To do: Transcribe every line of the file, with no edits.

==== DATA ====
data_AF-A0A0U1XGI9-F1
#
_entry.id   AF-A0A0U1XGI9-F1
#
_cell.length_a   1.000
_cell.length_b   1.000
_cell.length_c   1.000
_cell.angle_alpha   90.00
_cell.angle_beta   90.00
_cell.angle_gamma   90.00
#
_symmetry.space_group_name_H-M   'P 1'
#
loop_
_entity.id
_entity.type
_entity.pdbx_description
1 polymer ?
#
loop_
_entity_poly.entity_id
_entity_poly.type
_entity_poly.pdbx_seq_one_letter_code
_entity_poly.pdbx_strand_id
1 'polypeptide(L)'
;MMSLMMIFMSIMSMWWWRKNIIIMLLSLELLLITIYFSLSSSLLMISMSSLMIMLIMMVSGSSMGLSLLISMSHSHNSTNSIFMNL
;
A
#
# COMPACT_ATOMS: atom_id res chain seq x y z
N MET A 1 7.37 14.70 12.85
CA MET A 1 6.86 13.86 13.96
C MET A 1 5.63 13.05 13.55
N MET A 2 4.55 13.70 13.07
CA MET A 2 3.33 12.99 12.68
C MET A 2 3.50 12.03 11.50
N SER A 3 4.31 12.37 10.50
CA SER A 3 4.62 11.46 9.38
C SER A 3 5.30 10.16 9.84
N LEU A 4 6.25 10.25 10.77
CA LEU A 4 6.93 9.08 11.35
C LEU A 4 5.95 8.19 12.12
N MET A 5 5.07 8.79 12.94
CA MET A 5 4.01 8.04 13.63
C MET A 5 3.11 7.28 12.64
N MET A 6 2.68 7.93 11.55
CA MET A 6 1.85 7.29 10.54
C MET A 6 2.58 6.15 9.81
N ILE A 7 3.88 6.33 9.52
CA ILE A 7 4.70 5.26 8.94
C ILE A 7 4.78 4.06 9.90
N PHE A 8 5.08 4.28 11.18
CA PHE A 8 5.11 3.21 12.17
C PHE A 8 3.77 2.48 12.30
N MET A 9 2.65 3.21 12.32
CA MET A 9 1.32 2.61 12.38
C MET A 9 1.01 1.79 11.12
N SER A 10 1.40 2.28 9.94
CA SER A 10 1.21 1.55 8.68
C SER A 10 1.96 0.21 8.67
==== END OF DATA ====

data_AF-A0A0U1XGI9-F1
#
_entry.id   AF-A0A0U1XGI9-F1
#
_cell.length_a   1.000
_cell.length_b   1.000
_cell.length_c   1.000
_cell.angle_alpha   90.00
_cell.angle_beta   90.00
_cell.angle_gamma   90.00
#
_symmetry.space_group_name_H-M   'P 1'
#
loop_
_entity.id
_entity.type
_entity.pdbx_description
1 polymer ?
#
loop_
_entity_poly.entity_id
_entity_poly.type
_entity_poly.pdbx_seq_one_letter_code
_entity_poly.pdbx_strand_id
1 'polypeptide(L)'
;MMSLMMIFMSIMSMWWWRKNIIIMLLSLELLLITIYFSLSSSLLMISMSSLMIMLIMMVSGSSMGLSLLISMSHSHNSTNSIFMNL
;
A
#
# COMPACT_ATOMS: atom_id res chain seq x y z
N MET A 1 7.37 14.70 12.85
CA MET A 1 6.86 13.86 13.96
C MET A 1 5.63 13.05 13.55
N MET A 2 4.55 13.70 13.07
CA MET A 2 3.33 12.99 12.68
C MET A 2 3.50 12.03 11.50
N SER A 3 4.31 12.37 10.50
CA SER A 3 4.62 11.46 9.38
C SER A 3 5.30 10.16 9.84
N LEU A 4 6.25 10.25 10.77
CA LEU A 4 6.93 9.08 11.35
C LEU A 4 5.95 8.19 12.12
N MET A 5 5.07 8.79 12.94
CA MET A 5 4.01 8.04 13.63
C MET A 5 3.11 7.28 12.64
N MET A 6 2.68 7.93 11.55
CA MET A 6 1.85 7.29 10.54
C MET A 6 2.58 6.15 9.81
N ILE A 7 3.88 6.33 9.52
CA ILE A 7 4.70 5.26 8.94
C ILE A 7 4.78 4.06 9.90
N PHE A 8 5.08 4.28 11.18
CA PHE A 8 5.11 3.21 12.17
C PHE A 8 3.77 2.48 12.30
N MET A 9 2.65 3.21 12.32
CA MET A 9 1.32 2.61 12.38
C MET A 9 1.01 1.79 11.12
N SER A 10 1.40 2.28 9.94
CA SER A 10 1.21 1.55 8.68
C SER A 10 1.96 0.21 8.67